35. Balls and all the games they enable.
  36. Tea and coffee
  37. The Samaritans: Our common humanity is a shared joy and sorrow.
  38. Women (and for women, ‘men’ I guess)
  39. Pencils, preferably sharpened with a knife and with a rubber on the end. Perfect. And the magic of the lead inside the wood.
  40. Penknives
  41. Hitch-hiking teaches you about life and people, connects you with serendipity and gets you from A to B.
  42. TED talks
  43. Irish drinking songs:  Her eyes they shone like diamonds
  44. Irish accents can just talk and delight without saying anything in particular. 
  45. Hot crumpets with melted butter, sprinkled with some sea salt and freshly ground pepper, eaten on a cold winter evening after a long walk in the wind.
  46. Pancakes eaten with lemon and sugar.
  47. Apples stolen from an orchard in the middle of the night and eaten while still chilled by the morning dew.
  48. Crying
  49. Laughing
  50. BBC Late Junction music show for new and exciting sounds from around the world like Knut Reiersrud’s I don’t feel no ways tired (even better with the Alabama Boys – studio version).
  51. The Turning Ceremony as performed by the Whirling Dervishes of West London.
  52. Ken Jones haiku and haibun writer, Zen practitioner and guide.
  53. Football in the park
  54. Kissing
  55. The South Bank with all its free events and buzz.
  56. Richard Deakin’s allotment on Tulse Hill where you can look out over fruit cages and vegetable plots to Canary Wharf and the City of London in the distance.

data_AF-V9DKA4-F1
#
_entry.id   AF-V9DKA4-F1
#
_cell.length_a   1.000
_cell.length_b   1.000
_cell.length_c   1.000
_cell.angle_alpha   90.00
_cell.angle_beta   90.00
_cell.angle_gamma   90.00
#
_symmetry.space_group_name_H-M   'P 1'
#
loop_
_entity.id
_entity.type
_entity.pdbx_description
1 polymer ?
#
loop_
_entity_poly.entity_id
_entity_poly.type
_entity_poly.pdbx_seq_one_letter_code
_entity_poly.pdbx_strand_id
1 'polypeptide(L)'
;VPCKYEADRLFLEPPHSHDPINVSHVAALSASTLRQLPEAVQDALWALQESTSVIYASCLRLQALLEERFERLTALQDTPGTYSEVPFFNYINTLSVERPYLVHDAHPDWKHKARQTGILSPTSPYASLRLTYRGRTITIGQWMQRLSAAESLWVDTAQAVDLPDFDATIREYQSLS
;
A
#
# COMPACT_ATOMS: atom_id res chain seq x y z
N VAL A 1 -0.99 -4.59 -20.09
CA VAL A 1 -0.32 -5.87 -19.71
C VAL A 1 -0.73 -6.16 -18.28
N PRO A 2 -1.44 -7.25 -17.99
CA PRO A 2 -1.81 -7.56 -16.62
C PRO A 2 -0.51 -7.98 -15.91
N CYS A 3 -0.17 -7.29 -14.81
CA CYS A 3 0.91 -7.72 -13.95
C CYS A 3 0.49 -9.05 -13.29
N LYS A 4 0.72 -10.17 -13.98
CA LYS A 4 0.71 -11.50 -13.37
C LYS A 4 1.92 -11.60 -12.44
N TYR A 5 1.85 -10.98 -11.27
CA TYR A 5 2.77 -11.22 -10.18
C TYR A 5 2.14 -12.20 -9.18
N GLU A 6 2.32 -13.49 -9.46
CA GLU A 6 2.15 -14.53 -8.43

57. Oak trees and copper beeches
  58. The Greek islands in 1978
  59.  Walking through and in towns
  60. Sleeping out under the sky
  61. Making coffee and or tea in a saucepan over an open fire in the morning on a beach
  62. The sound of music on the street: Nellie Furtado’s I’m like a bird coming out of a shop in St Martin’s Lane. 
  63. Visiting Netley Abbey on a moonlit night. Climbing over the fence and wandering in the ruins.
  64. Jamming.
  65. Listening to live music in the Neptune pub Whitstable on a Saturday night.
  66. Wizz Jones a great British folk singer and generous guitar teacher. 
  67. University of Southampton
  68. A cafe in Paris, a cup of coffee and cigarette to start the day.
  69. Bidets … just seems like a good idea to wash your bottom rather than wipe with a tissue.
  70. Making love in the afternoon … middle of the night … morning
  71. DADGAD tuning for guitars
  72. Clubs and societies
  73. London where you can experience the whole world without catching a plane
  74. London parks
  75. Buskers
  76. Riding the freight trains across Canada
  77. Charity Shops
  78. BBC Storyville documentaries
  79. Giggling
  80. Holding a baby or small child
  81. Dancing
  82. Street sweepers
  83. Tim Winton author of Dirt Music and other fine books.